7. Go back to the drawing board: Treat your application as a continuously evolving entity, using data from analytics, user feedback, and new technological breakthroughs to constantly reassess and improve the experience.

2. Design Phase

Design plays an important role in building lasting relationships with end users and thus, in supporting the brand’s promise. Making a technically challenging feature perform smoothly will give the product a unique selling point, one that will be difficult to imitate. Design choices affect features, content, interactivity, graphics and, therefore, performance. Achieving a high-performance experience is not just a coding exercise. It is a key design exercise.

There are factors that affect the Mobile UX development:

  1. Application
  2. Backend
  3. Mobile Device
  4. Network

Application and Backend are worked upon by design and development teams, while the other two Mobile Device and Network are constraints which these teams to keep in mind while UI development.

Teams have to decide on the features, contents, graphics, animations, algorithms of the application. They have to work with the databases, APIs, configuration of the backend. These decisions are constrained by the CPU, screen size, RAM, platform (android, iOS, BB, etc.) of the targeted mobile device and by the network with set coverage and standards like LTE, 3G or 2G.

A decision on each factor will affect the overall performance and in User Experience of the application. E.g. running a heavy animation transmitted via the slow network will reduce the performance.

During designing of application, give importance to several key points: performance, security, cost and persistence.

2.1 Performance

A well written native mobile application performs great on devices. But developing a native application for multiple platforms that doesn’t use device specific feature is time-consuming and costly. Hybrid application using HTML5, CSS3 and JS provides a good alternative for such applications. But these lack in performance. But this could be matched with native code by designing the application correctly. During the design phase, taking care of performance improvement strategy is very important.

Performance can categorise into:

  • Network
  • Compute
  • Render

2.1.1 Improving Network Performance

Network performance is mostly associated with the data speed that the network provider provides. Having an LTE or 3G plan is better than EDGE or 2G plans. To improve the network performance one should just upgrade the data plan. This is true in some cases but there is a lot to look into network performance.

Download speed is not the bottleneck. The main issue is network latency, device memory and CPU. Though it seems like an obvious factor, users on 3G and 4G connections are still disappointed with the experience of browsing the web on mobile devices or using HTML based hybrid mobile applications. Even if we have 1MB of data downloaded in 4 seconds, the website will take a longer time to load as phone needs to receive and process the code and images.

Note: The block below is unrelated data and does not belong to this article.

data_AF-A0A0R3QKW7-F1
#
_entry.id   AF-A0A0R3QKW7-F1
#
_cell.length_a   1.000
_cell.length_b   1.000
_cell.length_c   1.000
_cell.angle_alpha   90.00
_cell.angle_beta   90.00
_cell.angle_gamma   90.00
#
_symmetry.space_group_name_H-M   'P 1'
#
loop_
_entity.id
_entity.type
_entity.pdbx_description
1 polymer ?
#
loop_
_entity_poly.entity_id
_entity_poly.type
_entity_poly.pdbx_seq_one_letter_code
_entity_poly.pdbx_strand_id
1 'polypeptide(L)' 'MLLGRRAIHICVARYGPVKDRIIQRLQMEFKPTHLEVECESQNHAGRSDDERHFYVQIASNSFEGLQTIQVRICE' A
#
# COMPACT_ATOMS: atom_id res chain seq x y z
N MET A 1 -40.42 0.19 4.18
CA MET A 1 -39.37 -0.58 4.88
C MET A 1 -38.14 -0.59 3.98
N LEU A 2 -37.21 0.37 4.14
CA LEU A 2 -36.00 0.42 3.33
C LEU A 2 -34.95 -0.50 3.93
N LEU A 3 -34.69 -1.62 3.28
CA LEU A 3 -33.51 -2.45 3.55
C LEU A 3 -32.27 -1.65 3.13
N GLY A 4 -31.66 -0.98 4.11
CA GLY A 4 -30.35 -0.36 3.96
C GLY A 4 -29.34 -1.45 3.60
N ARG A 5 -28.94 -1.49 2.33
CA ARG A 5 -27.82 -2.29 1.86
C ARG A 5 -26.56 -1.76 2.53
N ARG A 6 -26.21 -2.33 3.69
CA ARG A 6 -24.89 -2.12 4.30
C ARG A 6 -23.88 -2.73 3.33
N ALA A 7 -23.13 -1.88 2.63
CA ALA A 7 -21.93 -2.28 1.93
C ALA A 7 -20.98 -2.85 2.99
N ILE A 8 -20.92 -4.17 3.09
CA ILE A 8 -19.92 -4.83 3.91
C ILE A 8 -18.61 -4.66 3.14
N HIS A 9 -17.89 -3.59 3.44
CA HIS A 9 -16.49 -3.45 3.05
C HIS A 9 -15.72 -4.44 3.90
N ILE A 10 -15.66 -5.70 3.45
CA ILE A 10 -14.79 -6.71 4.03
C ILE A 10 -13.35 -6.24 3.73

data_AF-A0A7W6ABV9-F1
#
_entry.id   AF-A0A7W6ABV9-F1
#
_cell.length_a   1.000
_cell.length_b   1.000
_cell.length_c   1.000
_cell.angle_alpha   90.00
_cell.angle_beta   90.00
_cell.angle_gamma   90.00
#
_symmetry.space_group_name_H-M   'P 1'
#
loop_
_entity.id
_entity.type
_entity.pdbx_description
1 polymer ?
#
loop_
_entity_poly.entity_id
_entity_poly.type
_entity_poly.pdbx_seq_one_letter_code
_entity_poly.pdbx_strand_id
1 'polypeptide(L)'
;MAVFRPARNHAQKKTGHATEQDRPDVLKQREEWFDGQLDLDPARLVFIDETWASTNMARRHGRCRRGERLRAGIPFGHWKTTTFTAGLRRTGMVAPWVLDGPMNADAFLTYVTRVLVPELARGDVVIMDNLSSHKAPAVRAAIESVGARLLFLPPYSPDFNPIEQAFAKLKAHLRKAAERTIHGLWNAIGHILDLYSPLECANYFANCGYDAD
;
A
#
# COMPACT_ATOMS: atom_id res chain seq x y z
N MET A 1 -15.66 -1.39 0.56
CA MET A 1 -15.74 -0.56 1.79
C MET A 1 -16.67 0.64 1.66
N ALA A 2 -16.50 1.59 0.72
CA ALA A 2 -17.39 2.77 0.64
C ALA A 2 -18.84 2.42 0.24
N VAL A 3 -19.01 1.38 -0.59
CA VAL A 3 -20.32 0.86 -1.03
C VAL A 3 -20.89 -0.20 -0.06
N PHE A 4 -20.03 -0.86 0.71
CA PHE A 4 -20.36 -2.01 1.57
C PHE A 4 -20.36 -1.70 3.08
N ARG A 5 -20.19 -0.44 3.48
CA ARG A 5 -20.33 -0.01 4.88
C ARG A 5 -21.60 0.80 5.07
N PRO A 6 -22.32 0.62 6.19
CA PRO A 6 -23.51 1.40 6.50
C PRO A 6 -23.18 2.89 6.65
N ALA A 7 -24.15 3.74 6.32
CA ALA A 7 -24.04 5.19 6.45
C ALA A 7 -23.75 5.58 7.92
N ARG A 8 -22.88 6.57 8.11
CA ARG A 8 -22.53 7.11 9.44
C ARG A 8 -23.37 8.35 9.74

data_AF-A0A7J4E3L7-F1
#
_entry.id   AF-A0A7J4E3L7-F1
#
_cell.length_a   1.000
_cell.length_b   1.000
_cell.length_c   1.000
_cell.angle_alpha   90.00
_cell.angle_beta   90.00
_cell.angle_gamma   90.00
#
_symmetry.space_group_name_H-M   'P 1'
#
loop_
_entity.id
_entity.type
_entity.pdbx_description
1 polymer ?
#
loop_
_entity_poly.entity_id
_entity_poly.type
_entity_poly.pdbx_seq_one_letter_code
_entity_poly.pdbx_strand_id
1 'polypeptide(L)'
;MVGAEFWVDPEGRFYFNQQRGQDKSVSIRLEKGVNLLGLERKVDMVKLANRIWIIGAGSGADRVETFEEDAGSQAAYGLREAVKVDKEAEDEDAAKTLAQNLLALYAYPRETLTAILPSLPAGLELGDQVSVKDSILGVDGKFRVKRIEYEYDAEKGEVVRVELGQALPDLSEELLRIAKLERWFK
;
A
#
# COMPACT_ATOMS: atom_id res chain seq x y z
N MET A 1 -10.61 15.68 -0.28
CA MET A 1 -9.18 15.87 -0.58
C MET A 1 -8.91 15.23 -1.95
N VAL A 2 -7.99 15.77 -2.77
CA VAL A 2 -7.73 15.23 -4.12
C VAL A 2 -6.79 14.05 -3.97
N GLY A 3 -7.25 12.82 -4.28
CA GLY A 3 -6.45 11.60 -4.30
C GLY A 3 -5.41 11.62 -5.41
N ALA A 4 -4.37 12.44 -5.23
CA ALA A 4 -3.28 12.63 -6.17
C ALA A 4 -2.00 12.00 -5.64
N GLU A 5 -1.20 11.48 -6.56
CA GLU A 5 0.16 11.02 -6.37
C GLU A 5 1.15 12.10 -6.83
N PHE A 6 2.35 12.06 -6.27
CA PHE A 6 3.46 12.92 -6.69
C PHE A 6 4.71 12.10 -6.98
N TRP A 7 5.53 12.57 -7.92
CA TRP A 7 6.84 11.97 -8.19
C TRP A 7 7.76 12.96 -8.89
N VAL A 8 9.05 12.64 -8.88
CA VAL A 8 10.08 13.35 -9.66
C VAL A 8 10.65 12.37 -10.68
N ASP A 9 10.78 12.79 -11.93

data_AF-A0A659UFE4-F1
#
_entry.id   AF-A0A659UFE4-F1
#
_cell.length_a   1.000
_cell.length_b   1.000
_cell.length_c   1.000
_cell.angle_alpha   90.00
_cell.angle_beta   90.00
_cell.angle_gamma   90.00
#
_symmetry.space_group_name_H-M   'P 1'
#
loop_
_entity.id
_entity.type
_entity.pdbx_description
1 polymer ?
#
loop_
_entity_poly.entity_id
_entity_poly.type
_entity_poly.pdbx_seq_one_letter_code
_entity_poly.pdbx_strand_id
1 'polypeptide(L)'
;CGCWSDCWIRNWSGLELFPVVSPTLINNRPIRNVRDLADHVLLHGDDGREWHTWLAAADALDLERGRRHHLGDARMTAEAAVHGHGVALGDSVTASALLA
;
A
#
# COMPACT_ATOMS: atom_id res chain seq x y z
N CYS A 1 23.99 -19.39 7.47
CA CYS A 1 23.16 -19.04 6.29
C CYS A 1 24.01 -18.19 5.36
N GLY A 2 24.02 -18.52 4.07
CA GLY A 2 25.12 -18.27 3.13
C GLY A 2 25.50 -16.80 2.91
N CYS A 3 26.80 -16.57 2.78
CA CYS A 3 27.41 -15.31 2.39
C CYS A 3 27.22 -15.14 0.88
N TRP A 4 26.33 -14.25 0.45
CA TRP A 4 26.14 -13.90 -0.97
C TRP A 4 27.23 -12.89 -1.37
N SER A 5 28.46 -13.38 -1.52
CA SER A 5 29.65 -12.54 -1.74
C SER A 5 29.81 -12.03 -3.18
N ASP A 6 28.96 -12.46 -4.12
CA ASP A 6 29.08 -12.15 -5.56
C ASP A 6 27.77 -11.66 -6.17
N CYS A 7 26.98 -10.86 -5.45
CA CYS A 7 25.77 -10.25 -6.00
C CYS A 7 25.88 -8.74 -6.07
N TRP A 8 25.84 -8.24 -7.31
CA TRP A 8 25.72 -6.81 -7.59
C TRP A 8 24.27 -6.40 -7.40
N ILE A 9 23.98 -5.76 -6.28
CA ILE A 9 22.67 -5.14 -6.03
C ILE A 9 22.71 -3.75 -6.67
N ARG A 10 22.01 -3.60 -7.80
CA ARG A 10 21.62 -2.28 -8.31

Much of the time is spent in processing HTTP requests and loading stylesheets, images and scripts. Blocking resources delay the page rendering and add to the user waiting time.

To reduce loading time and increase network performance:

  1. Reduce dependencies
  2. Reduce payload size

To reduce dependencies, there should be less number of external files used in the application. Below are the few tips which could be used to reduce dependencies:

  • Keep external stylesheets and java scripts to the minimum.
  • Use CSS to load the image.
  • Use CSS to create background images and patterns.
  • Keep minimum redirects.
  • Avoid inline frames.
  • Try and use font icons and image sprites.
  • Use Data URI and SVG images.
  • Use client-side storage instead of server round trips.
  • Use web storage in place of cookies.
  • Use WebSockets if possible in place of XHR.

To reduce payload size, the amount of data transferred over the network should be minimum. Here are few tips to achieve this:

  • Minify javascript files, stylesheets and HTML pages.
  • Use responsive images to fetch images for different screen size and resolution.
  • Use client-side caching.
  • Use selective encryption technique by encrypting only what is required to be secured.
  • Compression techniques like GZIP, 7ZIP, LZMA, LZ can be used to compress the text over the network.
  • Use CSS effects instead of requesting heavy sprite images.
  • Proper image compression format should be used to reduce the size of the image getting transmitted.
  • Avoid giving long key names in your JSON/XML web service response.

2.1.2 Improving Computing Performance

Once data is loaded on the device, it should be processed fast and the page should be visible to the user. As mobile devices have smaller CPU, memory and cache size. Most of the processing is used for processing javascript code. Focus should be on complexity, memory and code optimisation.